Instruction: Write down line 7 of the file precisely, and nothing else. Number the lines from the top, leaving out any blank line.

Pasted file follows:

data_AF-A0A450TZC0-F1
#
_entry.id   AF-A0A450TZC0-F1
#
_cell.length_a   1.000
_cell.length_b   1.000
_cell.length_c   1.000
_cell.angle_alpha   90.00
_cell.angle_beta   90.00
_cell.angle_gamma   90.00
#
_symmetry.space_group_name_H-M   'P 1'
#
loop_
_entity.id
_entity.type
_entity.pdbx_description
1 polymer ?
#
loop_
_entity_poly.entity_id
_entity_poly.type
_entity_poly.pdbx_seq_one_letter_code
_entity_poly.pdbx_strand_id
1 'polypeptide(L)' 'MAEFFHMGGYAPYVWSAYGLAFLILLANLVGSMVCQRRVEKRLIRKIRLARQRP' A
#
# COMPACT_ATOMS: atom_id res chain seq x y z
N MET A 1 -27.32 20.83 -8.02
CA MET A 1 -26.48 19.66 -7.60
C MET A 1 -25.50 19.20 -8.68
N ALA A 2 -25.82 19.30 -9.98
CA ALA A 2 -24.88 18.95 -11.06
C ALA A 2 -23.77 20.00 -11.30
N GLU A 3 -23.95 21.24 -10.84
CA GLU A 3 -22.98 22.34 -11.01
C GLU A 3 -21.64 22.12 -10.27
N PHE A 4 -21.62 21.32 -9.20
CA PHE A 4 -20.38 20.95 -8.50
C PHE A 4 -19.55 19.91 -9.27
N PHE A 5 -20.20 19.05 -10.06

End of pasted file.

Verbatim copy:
_cell.length_c   1.000